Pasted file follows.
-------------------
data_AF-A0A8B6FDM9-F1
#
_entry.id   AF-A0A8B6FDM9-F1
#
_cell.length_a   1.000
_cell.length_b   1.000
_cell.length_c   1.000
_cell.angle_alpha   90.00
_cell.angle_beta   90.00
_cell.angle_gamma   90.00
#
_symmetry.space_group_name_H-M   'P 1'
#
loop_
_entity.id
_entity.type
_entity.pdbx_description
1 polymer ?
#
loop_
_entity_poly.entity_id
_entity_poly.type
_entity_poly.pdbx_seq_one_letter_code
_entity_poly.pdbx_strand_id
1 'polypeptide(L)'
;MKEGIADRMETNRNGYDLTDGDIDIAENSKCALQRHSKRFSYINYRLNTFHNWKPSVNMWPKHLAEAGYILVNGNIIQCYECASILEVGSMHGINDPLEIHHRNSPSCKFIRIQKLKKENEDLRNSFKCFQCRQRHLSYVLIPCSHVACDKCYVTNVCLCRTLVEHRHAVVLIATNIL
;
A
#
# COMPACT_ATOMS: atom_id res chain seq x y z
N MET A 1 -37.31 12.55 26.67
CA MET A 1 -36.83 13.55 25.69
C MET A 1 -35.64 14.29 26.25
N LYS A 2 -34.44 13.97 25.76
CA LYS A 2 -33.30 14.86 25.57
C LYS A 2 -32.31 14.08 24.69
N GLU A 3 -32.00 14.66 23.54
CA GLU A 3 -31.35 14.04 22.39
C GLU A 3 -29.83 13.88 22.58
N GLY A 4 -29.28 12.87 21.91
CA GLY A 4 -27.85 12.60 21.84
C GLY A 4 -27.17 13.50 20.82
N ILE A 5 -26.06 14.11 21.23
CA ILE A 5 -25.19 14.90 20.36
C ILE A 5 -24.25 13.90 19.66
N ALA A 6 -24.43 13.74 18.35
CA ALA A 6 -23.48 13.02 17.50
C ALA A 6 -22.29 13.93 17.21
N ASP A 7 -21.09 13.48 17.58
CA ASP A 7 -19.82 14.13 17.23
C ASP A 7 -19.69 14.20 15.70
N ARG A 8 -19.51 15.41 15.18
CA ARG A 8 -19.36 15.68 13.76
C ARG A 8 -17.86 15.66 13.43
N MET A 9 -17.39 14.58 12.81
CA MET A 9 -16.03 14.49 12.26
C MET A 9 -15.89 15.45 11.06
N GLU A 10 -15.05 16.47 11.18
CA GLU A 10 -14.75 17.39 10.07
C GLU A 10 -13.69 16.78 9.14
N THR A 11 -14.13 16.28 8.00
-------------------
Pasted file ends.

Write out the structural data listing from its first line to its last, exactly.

data_AF-A0A8B6FDM9-F1
#
_entry.id   AF-A0A8B6FDM9-F1
#
_cell.length_a   1.000
_cell.length_b   1.000
_cell.length_c   1.000
_cell.angle_alpha   90.00
_cell.angle_beta   90.00
_cell.angle_gamma   90.00
#
_symmetry.space_group_name_H-M   'P 1'
#
loop_
_entity.id
_entity.type
_entity.pdbx_description
1 polymer ?
#
loop_
_entity_poly.entity_id
_entity_poly.type
_entity_poly.pdbx_seq_one_letter_code
_entity_poly.pdbx_strand_id
1 'polypeptide(L)'
;MKEGIADRMETNRNGYDLTDGDIDIAENSKCALQRHSKRFSYINYRLNTFHNWKPSVNMWPKHLAEAGYILVNGNIIQCYECASILEVGSMHGINDPLEIHHRNSPSCKFIRIQKLKKENEDLRNSFKCFQCRQRHLSYVLIPCSHVACDKCYVTNVCLCRTLVEHRHAVVLIATNIL
;
A
#
# COMPACT_ATOMS: atom_id res chain seq x y z
N MET A 1 -37.31 12.55 26.67
CA MET A 1 -36.83 13.55 25.69
C MET A 1 -35.64 14.29 26.25
N LYS A 2 -34.44 13.97 25.76
CA LYS A 2 -33.30 14.86 25.57
C LYS A 2 -32.31 14.08 24.69
N GLU A 3 -32.00 14.66 23.54
CA GLU A 3 -31.35 14.04 22.39
C GLU A 3 -29.83 13.88 22.58
N GLY A 4 -29.28 12.87 21.91
CA GLY A 4 -27.85 12.60 21.84
C GLY A 4 -27.17 13.50 20.82
N ILE A 5 -26.06 14.11 21.23
CA ILE A 5 -25.19 14.90 20.36
C ILE A 5 -24.25 13.90 19.66
N ALA A 6 -24.43 13.74 18.35
CA ALA A 6 -23.48 13.02 17.50
C ALA A 6 -22.29 13.93 17.21
N ASP A 7 -21.09 13.48 17.58
CA ASP A 7 -19.82 14.13 17.23
C ASP A 7 -19.69 14.20 15.70
N ARG A 8 -19.51 15.41 15.18
CA ARG A 8 -19.36 15.68 13.76
C ARG A 8 -17.86 15.66 13.43
N MET A 9 -17.39 14.58 12.81
CA MET A 9 -16.03 14.49 12.26
C MET A 9 -15.89 15.45 11.06
N GLU A 10 -15.05 16.47 11.18
CA GLU A 10 -14.75 17.39 10.07
C GLU A 10 -13.69 16.78 9.14
N THR A 11 -14.13 16.28 8.00